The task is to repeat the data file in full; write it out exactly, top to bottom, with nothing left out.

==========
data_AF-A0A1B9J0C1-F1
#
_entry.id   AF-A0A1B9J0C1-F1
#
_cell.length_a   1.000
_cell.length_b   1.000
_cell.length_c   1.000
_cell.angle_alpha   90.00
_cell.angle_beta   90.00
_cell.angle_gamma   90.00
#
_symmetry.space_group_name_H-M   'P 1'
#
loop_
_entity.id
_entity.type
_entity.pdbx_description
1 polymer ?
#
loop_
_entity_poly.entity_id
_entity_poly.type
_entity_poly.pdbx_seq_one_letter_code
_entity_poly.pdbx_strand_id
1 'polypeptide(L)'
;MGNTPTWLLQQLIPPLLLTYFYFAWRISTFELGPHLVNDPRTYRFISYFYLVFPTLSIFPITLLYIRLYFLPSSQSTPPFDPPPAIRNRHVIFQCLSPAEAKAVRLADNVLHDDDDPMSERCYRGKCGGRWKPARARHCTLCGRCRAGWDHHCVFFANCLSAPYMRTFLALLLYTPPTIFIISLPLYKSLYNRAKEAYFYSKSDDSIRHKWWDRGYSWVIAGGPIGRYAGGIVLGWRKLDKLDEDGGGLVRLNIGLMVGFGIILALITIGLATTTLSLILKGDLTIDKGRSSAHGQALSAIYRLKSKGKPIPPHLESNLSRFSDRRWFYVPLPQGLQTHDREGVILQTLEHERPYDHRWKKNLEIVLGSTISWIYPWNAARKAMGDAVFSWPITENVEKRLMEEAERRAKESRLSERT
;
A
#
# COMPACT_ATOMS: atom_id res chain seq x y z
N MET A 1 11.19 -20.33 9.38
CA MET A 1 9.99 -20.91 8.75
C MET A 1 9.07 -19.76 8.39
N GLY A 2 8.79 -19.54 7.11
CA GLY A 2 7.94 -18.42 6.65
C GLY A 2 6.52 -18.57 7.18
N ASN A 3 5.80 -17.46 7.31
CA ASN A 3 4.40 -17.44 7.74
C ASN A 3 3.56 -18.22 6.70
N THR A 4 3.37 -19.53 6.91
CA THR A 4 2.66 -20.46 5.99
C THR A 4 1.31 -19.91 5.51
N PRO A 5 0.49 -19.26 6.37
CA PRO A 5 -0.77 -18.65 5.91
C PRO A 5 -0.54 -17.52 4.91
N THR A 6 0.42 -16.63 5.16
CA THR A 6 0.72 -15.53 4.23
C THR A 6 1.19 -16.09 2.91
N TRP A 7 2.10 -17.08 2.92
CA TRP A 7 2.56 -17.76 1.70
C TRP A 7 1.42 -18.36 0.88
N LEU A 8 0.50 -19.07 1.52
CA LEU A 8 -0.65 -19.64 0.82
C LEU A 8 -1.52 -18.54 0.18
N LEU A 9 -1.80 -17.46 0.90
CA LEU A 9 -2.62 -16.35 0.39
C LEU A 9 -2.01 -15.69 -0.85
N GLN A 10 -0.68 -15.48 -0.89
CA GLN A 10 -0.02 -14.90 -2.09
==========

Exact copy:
data_AF-A0A1B9J0C1-F1
#
_entry.id   AF-A0A1B9J0C1-F1
#
_cell.length_a   1.000
_cell.length_b   1.000
_cell.length_c   1.000
_cell.angle_alpha   90.00
_cell.angle_beta   90.00
_cell.angle_gamma   90.00
#
_symmetry.space_group_name_H-M   'P 1'
#
loop_
_entity.id
_entity.type
_entity.pdbx_description
1 polymer ?
#
loop_
_entity_poly.entity_id
_entity_poly.type
_entity_poly.pdbx_seq_one_letter_code
_entity_poly.pdbx_strand_id
1 'polypeptide(L)'
;MGNTPTWLLQQLIPPLLLTYFYFAWRISTFELGPHLVNDPRTYRFISYFYLVFPTLSIFPITLLYIRLYFLPSSQSTPPFDPPPAIRNRHVIFQCLSPAEAKAVRLADNVLHDDDDPMSERCYRGKCGGRWKPARARHCTLCGRCRAGWDHHCVFFANCLSAPYMRTFLALLLYTPPTIFIISLPLYKSLYNRAKEAYFYSKSDDSIRHKWWDRGYSWVIAGGPIGRYAGGIVLGWRKLDKLDEDGGGLVRLNIGLMVGFGIILALITIGLATTTLSLILKGDLTIDKGRSSAHGQALSAIYRLKSKGKPIPPHLESNLSRFSDRRWFYVPLPQGLQTHDREGVILQTLEHERPYDHRWKKNLEIVLGSTISWIYPWNAARKAMGDAVFSWPITENVEKRLMEEAERRAKESRLSERT
;
A
#
# COMPACT_ATOMS: atom_id res chain seq x y z
N MET A 1 11.19 -20.33 9.38
CA MET A 1 9.99 -20.91 8.75
C MET A 1 9.07 -19.76 8.39
N GLY A 2 8.79 -19.54 7.11
CA GLY A 2 7.94 -18.42 6.65
C GLY A 2 6.52 -18.57 7.18
N ASN A 3 5.80 -17.46 7.31
CA ASN A 3 4.40 -17.44 7.74
C ASN A 3 3.56 -18.22 6.70
N THR A 4 3.37 -19.53 6.91
CA THR A 4 2.66 -20.46 5.99
C THR A 4 1.31 -19.91 5.51
N PRO A 5 0.49 -19.26 6.37
CA PRO A 5 -0.77 -18.65 5.91
C PRO A 5 -0.54 -17.52 4.91
N THR A 6 0.42 -16.63 5.16
CA THR A 6 0.72 -15.53 4.23
C THR A 6 1.19 -16.09 2.91
N TRP A 7 2.10 -17.08 2.92
CA TRP A 7 2.56 -17.76 1.70
C TRP A 7 1.42 -18.36 0.88
N LEU A 8 0.50 -19.07 1.52
CA LEU A 8 -0.65 -19.64 0.82
C LEU A 8 -1.52 -18.54 0.18
N LEU A 9 -1.80 -17.46 0.90
CA LEU A 9 -2.62 -16.35 0.39
C LEU A 9 -2.01 -15.69 -0.85
N GLN A 10 -0.68 -15.48 -0.89
CA GLN A 10 -0.02 -14.90 -2.09